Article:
Neither I nor the field representatives have anything to do with the collection of the wholesaler's account. Payments to Frankfort by the wholesaler are made by remittance to New York. Frankfort does not carry a stock of merchandise in Texas.'
Other facts are:
At the time of the service of citation, Mr. M. V. Lacy was employed by Frankfort Distillers Corporation as District Manager for the State of Texas and had been so employed since June 1, 1948. He had a Manufacturer's Agent's Permit under which he was agent for Frankfort Distillers Corporation. This permit was procured for him by Frankfort Distillers Corporation which filed an affidavit stating that Lacy was its agent and put up a bond, which it paid for, in order to obtain such permit. As to this permit, Mr. Joseph Friel, Secretary of Frankfort, testified: 'Frankfort Distillers Corporation has no permit to import its products into Texas, which I understand would be required if it should import its products into Texas. It maintains no bank account in Texas that might be used for transacting business there, and, as already stated, it is neither authorized to nor does it transact any business in Texas. Frankfort Distillers Corporation has merely complied with the provisions of the Texas Liquor Control Act, concerning the right of foreign distilling corporations to sell or solicit or to take orders for the sale of liquor to the holders of permits authorizing the importation of liquor into Texas, by procuring a 'Non-Resident Seller's Permit' and 'Manufacturer's Agents Permits'. It has taken no steps to comply with the statutes of Texas concerning authorization of a foreign corporation to do business in Texas.'
Lacy had been a resident of Texas for 47 years. He employs the people who work under him for Frankfort and he also employs the Dallas Window Display Service to install window displays for Frankfort. Lacy gives the Texas wholesale distributor of Frankfort's products a monthly quota to make and Mr. Lacy himself has a quota to make which is given him by Frankfort's New York Division office.
3 On April 11, he filed an application for writ of distringas for the alleged purpose of inducing defendant Frankfort to enter a general appearance in the cause. On April 12, the writ was issued by the clerk, but on the same day the court determined that the writ was improvidently issued and ordered the marshal to return it to the clerk and the same was returned unexecuted. On May 24, plaintiff sued out of cause No. 3910, a writ of garnishment on Glazer's Wholesale Drug Co., appellee in No. 13,348, alleging that defendants were indebted to plaintiff in the sum of $12,763.10, and that the garnishee is indebted to, or had effects of, defendants in its hands. This was followed by the filing in cause No. 3910 of a first amended complaint reducing the amount sued for from $32,166.24 to $12,763.12, and the mailing of a copy of this complaint to the lawyers of defendants who had removed the cause and obtained the order quashing citations and service, and a notice under Rule 4, Rules of Civil Procedure, 28 U.S.C.A., which was served on the defendant Frankfort at its office in New York.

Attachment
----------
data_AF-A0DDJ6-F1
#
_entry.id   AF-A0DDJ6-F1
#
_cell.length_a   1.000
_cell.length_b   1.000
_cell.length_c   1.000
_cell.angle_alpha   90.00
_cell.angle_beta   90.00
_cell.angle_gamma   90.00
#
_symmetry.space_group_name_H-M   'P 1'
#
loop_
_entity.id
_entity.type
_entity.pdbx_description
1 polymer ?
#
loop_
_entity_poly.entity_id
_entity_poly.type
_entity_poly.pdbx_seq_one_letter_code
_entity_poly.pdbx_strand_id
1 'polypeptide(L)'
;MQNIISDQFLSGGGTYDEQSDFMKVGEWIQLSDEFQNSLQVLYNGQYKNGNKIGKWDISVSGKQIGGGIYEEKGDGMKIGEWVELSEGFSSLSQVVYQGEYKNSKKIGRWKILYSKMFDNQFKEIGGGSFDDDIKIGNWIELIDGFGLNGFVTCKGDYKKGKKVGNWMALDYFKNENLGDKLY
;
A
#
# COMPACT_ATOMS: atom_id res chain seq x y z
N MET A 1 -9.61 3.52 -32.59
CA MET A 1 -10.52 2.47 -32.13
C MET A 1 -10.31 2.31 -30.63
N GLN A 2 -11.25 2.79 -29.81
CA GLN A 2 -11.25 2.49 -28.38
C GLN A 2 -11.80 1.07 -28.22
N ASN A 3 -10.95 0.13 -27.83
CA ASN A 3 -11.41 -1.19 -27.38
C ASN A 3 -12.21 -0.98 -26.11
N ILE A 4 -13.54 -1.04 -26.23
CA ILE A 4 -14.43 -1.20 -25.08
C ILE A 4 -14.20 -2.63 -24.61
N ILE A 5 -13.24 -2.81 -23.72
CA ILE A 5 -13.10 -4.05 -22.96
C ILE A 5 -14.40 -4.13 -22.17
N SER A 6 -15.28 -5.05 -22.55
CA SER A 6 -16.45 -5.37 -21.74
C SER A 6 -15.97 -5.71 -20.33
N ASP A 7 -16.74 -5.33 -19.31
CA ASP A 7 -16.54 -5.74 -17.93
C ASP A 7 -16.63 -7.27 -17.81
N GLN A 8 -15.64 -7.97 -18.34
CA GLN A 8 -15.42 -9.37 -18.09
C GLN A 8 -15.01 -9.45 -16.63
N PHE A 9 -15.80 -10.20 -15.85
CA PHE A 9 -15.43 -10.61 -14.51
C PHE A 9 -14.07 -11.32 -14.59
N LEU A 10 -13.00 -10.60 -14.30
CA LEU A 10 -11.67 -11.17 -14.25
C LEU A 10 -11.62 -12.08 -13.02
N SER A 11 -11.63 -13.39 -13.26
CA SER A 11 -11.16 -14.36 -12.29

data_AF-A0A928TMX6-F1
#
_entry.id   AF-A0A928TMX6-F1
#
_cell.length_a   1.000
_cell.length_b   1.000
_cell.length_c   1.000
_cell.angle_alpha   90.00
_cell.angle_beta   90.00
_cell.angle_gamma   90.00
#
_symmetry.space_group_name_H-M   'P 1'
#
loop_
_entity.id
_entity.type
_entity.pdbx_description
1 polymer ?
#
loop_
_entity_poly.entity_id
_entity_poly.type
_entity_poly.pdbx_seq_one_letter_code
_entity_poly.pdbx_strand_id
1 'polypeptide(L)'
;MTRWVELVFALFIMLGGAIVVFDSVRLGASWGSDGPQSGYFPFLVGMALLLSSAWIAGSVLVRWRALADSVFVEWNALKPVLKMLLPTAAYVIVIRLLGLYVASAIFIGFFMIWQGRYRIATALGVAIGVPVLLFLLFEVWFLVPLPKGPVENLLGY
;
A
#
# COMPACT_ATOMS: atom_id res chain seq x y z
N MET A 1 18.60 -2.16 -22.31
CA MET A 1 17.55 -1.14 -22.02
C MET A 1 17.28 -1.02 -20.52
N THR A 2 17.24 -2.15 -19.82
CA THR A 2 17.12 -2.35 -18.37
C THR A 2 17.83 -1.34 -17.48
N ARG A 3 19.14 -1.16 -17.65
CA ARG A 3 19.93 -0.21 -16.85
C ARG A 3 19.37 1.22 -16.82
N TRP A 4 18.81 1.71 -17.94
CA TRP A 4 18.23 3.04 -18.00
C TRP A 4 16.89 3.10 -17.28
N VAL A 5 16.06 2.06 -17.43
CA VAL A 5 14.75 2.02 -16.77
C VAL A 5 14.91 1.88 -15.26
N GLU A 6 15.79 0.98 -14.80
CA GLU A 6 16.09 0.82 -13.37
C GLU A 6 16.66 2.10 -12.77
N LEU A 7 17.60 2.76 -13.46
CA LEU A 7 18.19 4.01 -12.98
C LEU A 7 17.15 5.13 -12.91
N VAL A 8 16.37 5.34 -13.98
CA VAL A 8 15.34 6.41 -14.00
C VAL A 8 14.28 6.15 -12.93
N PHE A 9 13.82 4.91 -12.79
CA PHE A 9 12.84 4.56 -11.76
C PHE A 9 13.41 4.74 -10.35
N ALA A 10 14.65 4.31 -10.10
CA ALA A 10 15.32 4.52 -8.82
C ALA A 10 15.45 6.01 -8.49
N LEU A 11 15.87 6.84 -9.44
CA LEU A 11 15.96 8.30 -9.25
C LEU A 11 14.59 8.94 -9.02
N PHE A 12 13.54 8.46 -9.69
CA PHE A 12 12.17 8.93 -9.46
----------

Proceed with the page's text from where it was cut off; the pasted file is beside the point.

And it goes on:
4 The motion recited: the quashing on March 9th of the process issued and served out of the state Court; that there had been no service of process attempted except to mail to defendants' counsel a copy of the pleading styled 'Plaintiff's first amended original petition', the issuance of a writ of garnishment; and that since the defendant had not been personally served and had not entered a general appearance, the mailing of the amended petition was unavailing.
As to the garnishment, the motion pointed out that the proceedings were instituted at a time when the record shows that the court had no personal jurisdiction over either of the defendants, and no garnishment proceeding had been sued out in the state courts, and the garnishment proceeding was, therefore, invalid.
5 On doing business in Texas: John Dickson Pub. Co. v. Bryan, Tex. Com. App., 5 S.W.2d 980; Miller v. Goodman, 91 Tex. 41, 40 S.W. 718; McCaskey Register Co. v. Mann, Tex. Civ. App., 273 S.W. 1113; S.W. General Elec. Co. v. Nunn Elec. Co., Tex. Com. App., 283 S.W. 781; Maury-Cole Co. v. Lockhart Grocery Co., Tex. Civ. App., 173 S.W. 262; Caddell v. J. R. Watkins Medical Co., Tex. Civ. App., 227 S.W. 226; Cf. Flowers v. Pan American Refining Corp., Tex. Civ. App., 154 S.W.2d 982; Manry v. Robinson, 122 Tex. 213, 56 S.W.2d 438.
On Lacy's not being a proper agent for service: Art. 2031 Tex. Revised Civil Statutes, 1925, Vernon's Ann. Civ. St. art. 2031; Elliott v. Standard, etc. Co., Tex. Civ. App., 173 S.W. 616; Western Cottage, etc., Co. v. Anderson, 97 Tex. 432, 79 S.W. 516; Sharpe & Dohme v. Waybourne, Tex. Civ. App., 74 S.W.2d 413.
7 Cf. Davis v. Ensign-Bickford Co., 8 Cir., 139 F.2d 624.
8 Sorenson v. City National Bank, 121 Tex. 478, 479, 49 S.W.2d 718; Maury v. McDonald, 55 Tex.Civ.App. 50, 118 S.W.2d 812.